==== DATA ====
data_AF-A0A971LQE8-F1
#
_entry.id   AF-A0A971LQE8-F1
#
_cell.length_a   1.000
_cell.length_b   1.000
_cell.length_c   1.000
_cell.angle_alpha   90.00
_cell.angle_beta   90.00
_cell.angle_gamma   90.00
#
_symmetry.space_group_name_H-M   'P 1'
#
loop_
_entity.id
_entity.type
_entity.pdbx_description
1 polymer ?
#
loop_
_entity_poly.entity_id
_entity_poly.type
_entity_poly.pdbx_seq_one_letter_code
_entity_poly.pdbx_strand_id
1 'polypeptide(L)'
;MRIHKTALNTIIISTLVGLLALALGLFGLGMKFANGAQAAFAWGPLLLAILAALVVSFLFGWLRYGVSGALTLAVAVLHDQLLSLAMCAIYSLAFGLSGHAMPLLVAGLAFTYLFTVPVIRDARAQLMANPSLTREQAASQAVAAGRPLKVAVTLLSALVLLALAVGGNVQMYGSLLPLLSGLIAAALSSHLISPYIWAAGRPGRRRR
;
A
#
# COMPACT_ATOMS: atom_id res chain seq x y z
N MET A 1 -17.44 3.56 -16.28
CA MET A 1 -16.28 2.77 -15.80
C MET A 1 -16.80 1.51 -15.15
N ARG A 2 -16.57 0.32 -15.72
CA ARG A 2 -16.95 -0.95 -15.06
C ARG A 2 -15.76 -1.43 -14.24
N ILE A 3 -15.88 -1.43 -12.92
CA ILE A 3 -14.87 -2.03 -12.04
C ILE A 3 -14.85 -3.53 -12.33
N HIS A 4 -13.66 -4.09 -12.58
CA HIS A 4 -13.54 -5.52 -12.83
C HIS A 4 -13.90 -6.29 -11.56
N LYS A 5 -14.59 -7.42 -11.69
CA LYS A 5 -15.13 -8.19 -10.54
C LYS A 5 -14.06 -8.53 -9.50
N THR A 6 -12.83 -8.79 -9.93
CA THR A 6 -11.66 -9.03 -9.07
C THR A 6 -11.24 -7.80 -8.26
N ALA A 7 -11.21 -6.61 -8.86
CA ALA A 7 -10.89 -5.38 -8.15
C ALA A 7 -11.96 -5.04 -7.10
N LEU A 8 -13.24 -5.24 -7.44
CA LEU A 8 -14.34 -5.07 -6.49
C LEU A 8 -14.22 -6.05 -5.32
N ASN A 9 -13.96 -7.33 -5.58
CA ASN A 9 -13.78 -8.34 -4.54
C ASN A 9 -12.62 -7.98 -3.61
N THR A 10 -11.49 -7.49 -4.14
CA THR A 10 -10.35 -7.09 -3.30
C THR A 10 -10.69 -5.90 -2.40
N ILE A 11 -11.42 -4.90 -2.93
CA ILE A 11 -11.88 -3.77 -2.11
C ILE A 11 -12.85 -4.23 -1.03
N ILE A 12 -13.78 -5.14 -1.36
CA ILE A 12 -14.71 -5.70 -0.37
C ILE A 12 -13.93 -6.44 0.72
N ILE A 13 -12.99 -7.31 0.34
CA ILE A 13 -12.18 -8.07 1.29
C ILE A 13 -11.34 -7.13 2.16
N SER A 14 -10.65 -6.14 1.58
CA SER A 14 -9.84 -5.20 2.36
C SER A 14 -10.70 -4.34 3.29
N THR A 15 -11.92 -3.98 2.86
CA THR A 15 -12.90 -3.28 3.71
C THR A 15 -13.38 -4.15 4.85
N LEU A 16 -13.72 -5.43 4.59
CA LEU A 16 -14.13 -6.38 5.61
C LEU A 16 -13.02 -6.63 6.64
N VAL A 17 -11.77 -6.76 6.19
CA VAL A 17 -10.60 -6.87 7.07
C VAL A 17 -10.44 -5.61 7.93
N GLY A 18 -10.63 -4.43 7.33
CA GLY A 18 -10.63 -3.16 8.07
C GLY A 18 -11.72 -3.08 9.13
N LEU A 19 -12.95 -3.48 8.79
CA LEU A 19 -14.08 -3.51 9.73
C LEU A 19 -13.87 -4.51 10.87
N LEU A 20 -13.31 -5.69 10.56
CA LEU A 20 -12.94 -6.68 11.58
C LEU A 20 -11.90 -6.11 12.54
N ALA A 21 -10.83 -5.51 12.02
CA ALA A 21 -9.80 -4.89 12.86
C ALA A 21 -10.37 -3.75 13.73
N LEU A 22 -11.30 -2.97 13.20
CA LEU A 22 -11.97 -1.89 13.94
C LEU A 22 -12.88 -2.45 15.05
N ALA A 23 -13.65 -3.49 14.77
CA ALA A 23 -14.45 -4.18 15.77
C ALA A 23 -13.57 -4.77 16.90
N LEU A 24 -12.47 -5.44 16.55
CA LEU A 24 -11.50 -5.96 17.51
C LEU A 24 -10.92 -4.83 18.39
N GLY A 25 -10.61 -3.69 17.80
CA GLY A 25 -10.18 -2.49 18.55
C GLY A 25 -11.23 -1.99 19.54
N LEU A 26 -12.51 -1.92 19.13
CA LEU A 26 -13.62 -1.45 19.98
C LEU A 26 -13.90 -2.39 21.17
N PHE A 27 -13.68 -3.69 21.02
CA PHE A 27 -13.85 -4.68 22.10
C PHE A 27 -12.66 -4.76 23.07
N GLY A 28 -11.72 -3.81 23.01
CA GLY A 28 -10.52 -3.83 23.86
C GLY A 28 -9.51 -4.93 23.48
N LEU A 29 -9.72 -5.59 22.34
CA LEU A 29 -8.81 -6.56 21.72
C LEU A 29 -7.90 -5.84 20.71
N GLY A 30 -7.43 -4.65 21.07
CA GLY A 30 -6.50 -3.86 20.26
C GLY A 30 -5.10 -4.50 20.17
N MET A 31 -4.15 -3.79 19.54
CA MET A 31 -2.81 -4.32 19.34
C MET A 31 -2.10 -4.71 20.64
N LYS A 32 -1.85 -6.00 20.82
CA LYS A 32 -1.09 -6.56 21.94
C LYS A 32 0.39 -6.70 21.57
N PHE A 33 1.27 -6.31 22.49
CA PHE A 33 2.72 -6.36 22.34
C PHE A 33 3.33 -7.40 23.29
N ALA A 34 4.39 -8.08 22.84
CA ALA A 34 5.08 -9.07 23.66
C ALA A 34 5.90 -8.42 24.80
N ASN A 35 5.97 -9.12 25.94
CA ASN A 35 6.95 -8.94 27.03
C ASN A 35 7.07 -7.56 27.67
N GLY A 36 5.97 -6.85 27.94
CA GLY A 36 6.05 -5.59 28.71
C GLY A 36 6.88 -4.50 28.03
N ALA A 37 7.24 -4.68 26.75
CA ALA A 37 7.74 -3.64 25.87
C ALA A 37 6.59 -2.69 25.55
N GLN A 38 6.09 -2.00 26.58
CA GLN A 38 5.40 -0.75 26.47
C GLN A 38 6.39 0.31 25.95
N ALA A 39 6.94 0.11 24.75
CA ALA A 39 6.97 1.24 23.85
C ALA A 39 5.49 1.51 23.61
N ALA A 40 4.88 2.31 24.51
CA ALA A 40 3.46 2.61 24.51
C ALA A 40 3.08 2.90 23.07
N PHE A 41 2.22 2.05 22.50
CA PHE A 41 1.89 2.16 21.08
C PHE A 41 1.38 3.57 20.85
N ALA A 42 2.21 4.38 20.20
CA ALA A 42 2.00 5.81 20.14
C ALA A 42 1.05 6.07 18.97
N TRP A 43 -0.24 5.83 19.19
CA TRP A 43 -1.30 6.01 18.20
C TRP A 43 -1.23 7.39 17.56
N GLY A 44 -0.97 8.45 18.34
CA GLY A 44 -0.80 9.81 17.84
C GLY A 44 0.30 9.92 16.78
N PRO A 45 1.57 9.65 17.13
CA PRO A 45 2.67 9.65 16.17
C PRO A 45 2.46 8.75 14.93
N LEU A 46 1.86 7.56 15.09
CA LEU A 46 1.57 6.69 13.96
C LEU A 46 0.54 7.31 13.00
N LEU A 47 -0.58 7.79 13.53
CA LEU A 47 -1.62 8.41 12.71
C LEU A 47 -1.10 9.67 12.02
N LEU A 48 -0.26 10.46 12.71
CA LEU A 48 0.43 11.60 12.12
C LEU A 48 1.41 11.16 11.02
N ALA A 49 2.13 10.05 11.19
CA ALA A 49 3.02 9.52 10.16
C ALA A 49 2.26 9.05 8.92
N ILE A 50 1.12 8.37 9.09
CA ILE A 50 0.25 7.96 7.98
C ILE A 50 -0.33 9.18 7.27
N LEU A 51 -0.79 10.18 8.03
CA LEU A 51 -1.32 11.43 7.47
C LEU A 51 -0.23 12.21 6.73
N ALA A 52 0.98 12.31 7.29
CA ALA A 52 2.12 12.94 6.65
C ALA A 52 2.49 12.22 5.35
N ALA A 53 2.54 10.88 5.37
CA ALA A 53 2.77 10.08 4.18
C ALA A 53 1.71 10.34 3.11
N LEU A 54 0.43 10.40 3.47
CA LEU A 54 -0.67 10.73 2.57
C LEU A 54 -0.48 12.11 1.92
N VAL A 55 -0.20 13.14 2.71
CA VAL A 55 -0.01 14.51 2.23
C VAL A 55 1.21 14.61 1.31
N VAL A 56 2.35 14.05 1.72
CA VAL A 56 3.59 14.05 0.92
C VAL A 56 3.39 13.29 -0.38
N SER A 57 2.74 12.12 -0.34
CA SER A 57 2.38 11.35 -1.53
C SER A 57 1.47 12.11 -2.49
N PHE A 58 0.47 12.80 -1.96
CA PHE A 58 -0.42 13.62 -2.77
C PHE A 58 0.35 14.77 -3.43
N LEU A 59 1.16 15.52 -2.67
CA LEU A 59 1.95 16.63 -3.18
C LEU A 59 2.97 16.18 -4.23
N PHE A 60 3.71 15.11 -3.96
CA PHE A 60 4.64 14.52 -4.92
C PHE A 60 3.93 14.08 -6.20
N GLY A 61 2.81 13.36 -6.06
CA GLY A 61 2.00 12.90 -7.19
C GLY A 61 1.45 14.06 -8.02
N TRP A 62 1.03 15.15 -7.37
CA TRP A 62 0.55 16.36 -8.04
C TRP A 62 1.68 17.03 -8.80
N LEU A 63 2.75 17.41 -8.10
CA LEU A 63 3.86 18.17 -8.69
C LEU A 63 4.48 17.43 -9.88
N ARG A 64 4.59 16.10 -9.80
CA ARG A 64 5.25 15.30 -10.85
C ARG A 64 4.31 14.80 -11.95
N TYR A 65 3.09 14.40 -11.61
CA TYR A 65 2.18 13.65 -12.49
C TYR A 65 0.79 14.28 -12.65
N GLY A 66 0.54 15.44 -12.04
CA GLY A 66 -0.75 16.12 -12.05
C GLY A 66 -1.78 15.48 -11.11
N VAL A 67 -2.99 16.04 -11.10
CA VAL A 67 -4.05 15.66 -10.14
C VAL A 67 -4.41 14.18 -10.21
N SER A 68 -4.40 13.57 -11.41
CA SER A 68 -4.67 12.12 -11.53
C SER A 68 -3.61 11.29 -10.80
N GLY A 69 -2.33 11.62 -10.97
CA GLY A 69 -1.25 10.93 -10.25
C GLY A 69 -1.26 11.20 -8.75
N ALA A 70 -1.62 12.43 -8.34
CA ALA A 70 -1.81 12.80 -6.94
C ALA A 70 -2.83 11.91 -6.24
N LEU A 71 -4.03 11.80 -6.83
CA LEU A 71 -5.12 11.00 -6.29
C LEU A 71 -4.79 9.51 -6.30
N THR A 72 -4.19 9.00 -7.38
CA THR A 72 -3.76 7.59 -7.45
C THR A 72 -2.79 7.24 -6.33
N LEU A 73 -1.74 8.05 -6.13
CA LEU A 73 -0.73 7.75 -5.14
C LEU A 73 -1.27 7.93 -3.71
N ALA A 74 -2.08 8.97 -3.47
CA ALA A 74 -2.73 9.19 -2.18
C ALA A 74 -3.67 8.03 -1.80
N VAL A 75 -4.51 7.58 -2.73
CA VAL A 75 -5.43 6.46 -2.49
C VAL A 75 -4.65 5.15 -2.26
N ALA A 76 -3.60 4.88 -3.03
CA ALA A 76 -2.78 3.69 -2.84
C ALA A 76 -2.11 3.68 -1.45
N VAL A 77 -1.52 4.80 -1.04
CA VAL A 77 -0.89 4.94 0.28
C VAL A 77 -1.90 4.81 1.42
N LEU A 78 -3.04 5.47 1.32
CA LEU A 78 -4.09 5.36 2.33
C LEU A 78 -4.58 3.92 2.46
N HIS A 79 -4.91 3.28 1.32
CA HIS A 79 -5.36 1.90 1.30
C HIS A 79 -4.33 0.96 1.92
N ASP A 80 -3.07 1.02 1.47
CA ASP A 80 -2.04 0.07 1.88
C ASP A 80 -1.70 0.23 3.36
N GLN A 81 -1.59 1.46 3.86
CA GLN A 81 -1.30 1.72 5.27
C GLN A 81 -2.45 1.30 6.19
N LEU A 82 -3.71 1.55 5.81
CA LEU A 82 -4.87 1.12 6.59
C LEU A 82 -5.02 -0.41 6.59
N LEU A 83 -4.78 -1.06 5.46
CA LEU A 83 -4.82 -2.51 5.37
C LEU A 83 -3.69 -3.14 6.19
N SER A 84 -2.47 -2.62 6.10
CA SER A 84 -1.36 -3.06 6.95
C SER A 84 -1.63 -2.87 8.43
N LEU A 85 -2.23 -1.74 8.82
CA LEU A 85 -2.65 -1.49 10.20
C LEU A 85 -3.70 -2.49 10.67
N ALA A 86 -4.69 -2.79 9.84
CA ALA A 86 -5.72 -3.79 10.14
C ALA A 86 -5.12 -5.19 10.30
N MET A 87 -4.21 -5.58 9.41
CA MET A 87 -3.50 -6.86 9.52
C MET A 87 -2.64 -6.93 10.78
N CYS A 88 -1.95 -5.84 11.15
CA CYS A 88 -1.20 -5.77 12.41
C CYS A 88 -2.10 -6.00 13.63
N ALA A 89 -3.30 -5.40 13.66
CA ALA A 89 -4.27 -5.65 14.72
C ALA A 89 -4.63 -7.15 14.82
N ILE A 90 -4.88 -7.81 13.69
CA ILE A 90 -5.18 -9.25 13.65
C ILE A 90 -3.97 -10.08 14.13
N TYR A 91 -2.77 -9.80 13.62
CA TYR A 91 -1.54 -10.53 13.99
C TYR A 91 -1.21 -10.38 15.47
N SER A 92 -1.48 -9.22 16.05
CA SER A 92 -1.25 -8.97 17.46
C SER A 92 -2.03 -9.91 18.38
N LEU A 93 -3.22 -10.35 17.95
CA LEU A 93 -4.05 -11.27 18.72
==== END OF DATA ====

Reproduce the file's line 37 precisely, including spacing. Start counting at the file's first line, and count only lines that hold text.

N ILE A 3 -15.88 -1.43 -12.92